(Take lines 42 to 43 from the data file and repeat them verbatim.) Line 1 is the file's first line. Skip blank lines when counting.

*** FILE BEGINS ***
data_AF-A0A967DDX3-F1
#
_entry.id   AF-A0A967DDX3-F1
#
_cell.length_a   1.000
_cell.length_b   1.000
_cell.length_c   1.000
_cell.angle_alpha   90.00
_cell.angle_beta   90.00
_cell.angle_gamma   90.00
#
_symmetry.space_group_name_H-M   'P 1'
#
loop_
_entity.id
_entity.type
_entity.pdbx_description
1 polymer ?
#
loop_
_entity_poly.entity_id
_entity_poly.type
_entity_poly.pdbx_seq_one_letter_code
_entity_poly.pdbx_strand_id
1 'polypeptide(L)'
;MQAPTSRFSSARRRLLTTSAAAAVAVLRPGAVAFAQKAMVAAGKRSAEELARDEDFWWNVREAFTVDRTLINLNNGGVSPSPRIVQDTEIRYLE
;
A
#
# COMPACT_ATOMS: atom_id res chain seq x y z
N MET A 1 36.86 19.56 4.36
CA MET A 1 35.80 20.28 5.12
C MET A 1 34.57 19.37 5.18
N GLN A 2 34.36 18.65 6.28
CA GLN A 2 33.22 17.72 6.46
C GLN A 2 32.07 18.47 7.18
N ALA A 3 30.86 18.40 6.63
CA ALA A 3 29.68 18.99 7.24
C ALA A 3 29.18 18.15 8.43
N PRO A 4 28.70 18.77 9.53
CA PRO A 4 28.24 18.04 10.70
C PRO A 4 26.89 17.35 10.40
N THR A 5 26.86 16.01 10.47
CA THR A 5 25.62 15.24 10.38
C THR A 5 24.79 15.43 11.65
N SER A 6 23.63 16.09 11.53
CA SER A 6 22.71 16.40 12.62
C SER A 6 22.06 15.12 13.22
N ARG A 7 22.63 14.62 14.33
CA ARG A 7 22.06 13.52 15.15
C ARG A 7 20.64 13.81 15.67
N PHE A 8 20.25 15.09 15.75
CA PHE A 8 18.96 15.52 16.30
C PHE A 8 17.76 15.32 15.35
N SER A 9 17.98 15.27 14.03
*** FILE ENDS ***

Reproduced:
C PRO A 4 26.89 17.35 10.40
N THR A 5 26.86 16.01 10.47